DHEC and partners awarded $2 million national grant for congenital heart defects studies

CHARLESTON, S.C. (MoultrieNews.com) The S.C. Department of Health and Environmental Control along with several partners are one of six groups in the nation to be awarded a $2 million grant for studying how congenital heart defects impact patients throughout their lives and identifying ways to support impacted families.

#KnowYourStatusSC: Get Hep Tested on May 20

In recognition of National Hepatitis Testing Day, DHEC clinics statewide will offer FREE Hepatitis testing on Monday, May 20.  Here are 5 fast facts about hepatitis.

  • Viral Hepatitis is an inflammation of the liver. Your liver is the largest organ and helps your body digest food, store energy, and remove poisons.
  • There are three strains of hepatitis: Hepatitis A, Hepatitis B, and Hepatitis C.  Viruses cause most cases of hepatitis.  Drug and alcohol use can also cause hepatitis.
  • Symptoms include: loss of appetite, nausea and vomiting, diarrhea, dark-colored urine and pale bowel movements, stomach pain, and jaundice (yellow skin and eyes).  Some people may not experience any symptoms.
  • Most people who are infected with Hepatitis develop a chronic, or long-term, infection.
  • In the United States, hepatitis C is responsible for more deaths than all other reportable infectious diseases.

Hepatitic C Stats_2018 SC Health Assessment

In South Carolina, approximately 75 males (per 100,000) were living with hepatitis C compared to approximately 44 women.  Are you at risk for getting Hepatitis?  Take the Centers for Disease Control and Prevention (CDC) Risk Assessment and find out.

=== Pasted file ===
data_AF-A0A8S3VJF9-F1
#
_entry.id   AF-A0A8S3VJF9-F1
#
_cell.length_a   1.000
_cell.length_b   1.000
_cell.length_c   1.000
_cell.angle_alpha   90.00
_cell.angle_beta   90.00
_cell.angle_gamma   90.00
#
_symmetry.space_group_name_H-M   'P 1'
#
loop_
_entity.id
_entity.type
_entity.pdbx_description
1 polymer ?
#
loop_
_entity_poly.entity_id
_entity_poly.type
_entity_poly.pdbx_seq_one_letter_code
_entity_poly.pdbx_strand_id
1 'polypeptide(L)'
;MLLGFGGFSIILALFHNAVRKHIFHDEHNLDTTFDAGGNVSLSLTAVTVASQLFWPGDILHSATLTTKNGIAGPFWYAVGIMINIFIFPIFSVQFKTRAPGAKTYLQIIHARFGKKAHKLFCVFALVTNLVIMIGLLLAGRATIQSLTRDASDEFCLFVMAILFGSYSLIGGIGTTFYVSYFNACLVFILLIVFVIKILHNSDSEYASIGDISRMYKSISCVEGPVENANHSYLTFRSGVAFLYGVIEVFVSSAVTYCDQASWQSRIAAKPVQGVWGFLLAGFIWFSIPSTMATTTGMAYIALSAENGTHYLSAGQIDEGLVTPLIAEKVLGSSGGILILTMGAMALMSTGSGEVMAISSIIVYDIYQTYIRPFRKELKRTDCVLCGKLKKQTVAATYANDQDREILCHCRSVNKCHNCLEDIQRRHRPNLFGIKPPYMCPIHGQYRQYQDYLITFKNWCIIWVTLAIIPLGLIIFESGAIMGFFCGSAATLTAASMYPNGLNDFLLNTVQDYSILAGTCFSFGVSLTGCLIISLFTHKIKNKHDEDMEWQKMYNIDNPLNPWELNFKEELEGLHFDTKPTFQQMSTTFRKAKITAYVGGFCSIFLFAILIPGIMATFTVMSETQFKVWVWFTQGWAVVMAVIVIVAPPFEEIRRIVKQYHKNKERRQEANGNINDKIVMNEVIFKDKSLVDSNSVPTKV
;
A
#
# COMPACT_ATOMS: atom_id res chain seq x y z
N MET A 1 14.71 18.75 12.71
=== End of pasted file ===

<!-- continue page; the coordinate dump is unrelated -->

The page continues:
Check your DHEC local public health clinic for more information about FREE Hepatitis Testing Day.

Take These 3 Steps To Combat The Flu

The Centers for Disease Control is recommending that we take three actions to combat the flu:

  1. Take time to get a flu vaccine
  2. Take preventive actions to stop the spread of germs
  3. Take antiviral Drugs if your doctor prescribes them.

Get vaccinated

CDC recommends that everyone 6 months of age and older get a yearly flu vaccine, which is the first and most important step in protecting against influenza.

Flu vaccination can reduce flu illnesses, doctors’ visits, and missed work and school due to flu, as well as prevent flu-related hospitalizations. There are data to suggest that even if someone gets sick after vaccination, their illness may be milder.

Vaccination of high risk persons is especially important to decrease their risk of severe flu illness.

People at high risk of serious flu complications include young children, pregnant women, people with chronic health conditions like asthma, diabetes or heart and lung disease and people 65 years and older.

Vaccination also is important for health care workers, and others who live with or care for high risk people.

Stop the spread of germs

Try to avoid close contact with sick people.

While sick, limit contact with others as much as possible to avoid infecting them.

If you are sick with flu-like illness, CDC recommends that you stay home for at least 24 hours after your fever is gone except to get medical care or for other necessities. (Your fever should be gone for 24 hours without the use of a fever-reducing medicine.)

Cover your nose and mouth with a tissue when you cough or sneeze. After using a tissue, throw it in the trash and wash your hands. Wash your hands often with soap and water. If soap and water are not available, use an alcohol-based hand rub.

Take flu antiviral drugs if they are prescribed

If you get sick with flu, antiviral drugs can be used to treat your illness.

Antiviral drugs can make illness milder and shorten the time you are sick. They may also prevent serious flu complications.

Studies show that flu antiviral drugs work best for treatment when they are started within 48 hours of getting sick, but starting them later can still be helpful, especially if the sick person has a high-risk health condition or is very sick from flu. Follow your doctor’s instructions for taking this drug.

Visit the CDC’s website for more information on the three actions you should take to combat the flu.